(Thanks from coming over from my LinkedIn post….)

To be fair, at that time the wind energy industry was just beginning to gain real traction in the US so even OSHA wasn’t fully aware of the array of hazards, nor had they developed any special guidance, standards or consultation options for the industry. Had I Googled “wind turbine technician OSHA requirements” at that time, I wouldn’t have found any help on the OSHA website nor anywhere else. On the flip side, any good safety professional would have known that many of OSHA’s long established standards applied to the wind industry. Had I been aware of and understood those existing standards at the time, I would have known that my initial “boot camp” efforts fell well short of the law and that there was much more work to be done. Moreover, that the “work” surrounding safety & OSHA compliance never really ends. It’s an ongoing & often complicated process that includes things like customized written policies and procedures, continuous employee training, routine inspections followed by implementation of corrective actions, development of equipment specific Lockout/Tagout procedures, accident investigations followed by root cause analysis, record keeping requirements and on and on and on….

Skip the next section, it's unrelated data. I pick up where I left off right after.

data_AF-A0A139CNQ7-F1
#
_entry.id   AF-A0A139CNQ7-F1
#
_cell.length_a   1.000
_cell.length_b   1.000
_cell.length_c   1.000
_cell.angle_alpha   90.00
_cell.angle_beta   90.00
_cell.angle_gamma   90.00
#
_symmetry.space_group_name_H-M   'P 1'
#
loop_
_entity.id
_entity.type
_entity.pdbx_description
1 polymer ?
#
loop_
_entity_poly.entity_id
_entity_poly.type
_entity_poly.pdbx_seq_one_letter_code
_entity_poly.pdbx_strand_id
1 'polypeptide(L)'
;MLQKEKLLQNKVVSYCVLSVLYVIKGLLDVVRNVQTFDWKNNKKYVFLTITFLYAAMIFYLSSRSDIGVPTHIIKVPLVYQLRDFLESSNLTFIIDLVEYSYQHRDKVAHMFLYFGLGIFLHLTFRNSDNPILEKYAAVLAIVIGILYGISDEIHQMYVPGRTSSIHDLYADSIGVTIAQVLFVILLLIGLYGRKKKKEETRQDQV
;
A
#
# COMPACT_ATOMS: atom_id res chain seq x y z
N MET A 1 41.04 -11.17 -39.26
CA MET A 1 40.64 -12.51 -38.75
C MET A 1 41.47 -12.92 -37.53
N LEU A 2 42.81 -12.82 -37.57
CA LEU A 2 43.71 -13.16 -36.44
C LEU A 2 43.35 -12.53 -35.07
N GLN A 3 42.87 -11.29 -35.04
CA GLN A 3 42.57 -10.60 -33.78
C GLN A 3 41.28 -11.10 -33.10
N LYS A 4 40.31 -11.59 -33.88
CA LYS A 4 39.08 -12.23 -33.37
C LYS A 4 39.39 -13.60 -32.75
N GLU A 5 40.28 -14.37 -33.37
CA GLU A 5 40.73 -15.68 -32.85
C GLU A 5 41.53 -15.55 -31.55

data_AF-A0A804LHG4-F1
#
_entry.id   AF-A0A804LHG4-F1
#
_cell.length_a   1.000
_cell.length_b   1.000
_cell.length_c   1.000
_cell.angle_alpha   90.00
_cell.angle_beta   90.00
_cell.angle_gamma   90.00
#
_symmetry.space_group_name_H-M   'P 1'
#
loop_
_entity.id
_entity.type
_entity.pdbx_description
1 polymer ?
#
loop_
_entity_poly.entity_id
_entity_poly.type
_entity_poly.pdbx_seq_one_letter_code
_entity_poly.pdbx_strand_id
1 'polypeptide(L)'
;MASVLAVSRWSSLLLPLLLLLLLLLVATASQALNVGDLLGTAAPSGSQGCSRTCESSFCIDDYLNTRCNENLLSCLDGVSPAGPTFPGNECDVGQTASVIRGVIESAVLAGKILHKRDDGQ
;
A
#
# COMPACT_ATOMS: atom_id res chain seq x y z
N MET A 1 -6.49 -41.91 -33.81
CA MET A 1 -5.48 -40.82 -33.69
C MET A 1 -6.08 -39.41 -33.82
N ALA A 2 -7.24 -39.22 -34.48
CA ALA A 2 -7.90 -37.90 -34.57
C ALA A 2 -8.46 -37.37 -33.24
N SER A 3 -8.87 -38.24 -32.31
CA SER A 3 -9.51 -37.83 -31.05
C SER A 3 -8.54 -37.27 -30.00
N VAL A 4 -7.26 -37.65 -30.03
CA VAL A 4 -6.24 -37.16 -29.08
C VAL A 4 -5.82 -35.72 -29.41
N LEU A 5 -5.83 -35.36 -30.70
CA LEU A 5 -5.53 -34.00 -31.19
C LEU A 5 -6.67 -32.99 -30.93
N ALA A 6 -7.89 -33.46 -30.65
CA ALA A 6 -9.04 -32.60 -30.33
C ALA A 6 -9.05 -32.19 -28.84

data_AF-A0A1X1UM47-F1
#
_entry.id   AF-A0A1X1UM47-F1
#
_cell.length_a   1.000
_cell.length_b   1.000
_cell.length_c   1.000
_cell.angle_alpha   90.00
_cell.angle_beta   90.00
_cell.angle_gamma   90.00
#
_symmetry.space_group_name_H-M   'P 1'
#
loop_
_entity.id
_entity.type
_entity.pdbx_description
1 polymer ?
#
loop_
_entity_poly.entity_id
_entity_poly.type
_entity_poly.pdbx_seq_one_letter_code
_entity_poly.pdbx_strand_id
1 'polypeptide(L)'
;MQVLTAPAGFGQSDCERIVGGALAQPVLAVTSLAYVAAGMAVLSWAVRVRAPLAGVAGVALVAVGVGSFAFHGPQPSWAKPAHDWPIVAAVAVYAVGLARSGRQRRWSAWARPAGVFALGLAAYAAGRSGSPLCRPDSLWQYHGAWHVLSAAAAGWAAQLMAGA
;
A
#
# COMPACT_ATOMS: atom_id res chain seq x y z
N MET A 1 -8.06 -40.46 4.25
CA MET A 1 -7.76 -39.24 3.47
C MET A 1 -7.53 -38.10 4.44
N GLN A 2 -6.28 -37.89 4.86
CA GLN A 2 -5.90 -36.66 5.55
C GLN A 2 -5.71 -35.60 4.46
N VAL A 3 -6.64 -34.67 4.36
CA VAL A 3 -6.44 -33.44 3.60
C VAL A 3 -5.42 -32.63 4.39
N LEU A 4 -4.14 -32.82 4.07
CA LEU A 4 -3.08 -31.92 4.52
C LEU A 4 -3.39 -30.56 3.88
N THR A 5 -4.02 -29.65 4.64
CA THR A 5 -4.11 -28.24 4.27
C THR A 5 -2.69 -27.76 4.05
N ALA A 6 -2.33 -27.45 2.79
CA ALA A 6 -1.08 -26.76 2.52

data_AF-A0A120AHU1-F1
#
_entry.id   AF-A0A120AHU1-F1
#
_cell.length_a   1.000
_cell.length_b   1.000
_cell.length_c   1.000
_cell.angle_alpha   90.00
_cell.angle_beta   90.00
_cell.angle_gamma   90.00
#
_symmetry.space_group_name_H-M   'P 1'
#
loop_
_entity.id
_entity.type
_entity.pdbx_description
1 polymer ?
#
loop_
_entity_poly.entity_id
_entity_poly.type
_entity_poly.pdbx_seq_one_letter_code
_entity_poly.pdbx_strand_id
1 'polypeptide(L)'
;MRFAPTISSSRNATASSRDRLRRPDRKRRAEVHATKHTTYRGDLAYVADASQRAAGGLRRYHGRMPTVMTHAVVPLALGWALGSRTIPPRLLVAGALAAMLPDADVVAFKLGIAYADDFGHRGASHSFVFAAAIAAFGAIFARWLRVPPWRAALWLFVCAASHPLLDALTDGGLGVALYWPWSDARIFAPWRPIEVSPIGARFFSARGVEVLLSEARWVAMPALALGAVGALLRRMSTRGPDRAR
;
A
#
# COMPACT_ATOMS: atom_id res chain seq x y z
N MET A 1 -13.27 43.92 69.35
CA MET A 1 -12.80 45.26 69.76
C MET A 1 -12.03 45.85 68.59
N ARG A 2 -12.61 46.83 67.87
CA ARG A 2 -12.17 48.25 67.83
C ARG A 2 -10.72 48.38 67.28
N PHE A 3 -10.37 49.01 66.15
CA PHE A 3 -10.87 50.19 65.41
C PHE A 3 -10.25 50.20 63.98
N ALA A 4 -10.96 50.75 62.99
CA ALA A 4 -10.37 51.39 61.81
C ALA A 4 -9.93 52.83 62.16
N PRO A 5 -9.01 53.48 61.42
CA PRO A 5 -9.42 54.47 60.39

Given my own experiences, it’s not surprising to learn that I’m not alone in having made these false assumptions and mistakes. These days, I often meet with small companies and ask how they “manage safety,” and routinely get answers like “ya, we got our guys OSHA 10 hour training last year,” or “all our forklift drivers got trained and have licences.” But when I follow up by asking, “but what else are you doing to manage safety?,” I’m often met with blank or incredulous looks as if to say, “what else is there?.” One manager at a machine shop once told me, in response to this line of questioning, “we give our guys safety glasses and ear plugs” and actually believed that this was all that was required in order to meet their safety program obligations. True story.

As you can see, the degree of misunderstanding can vary widely, but the common underlying theme is undeniable: many small companies have the false impression that OSHA compliance requirements can be easily “wrapped up” and handled with minimal time, effort and cost. Getting your employees OSHA 10 hour or forklift trained, providing them basic PPE, or in my case sending them to a 3 day safety “boot camp,” are good practices, but are just the “tip of the ice berg” when it comes to managing OSHA compliance.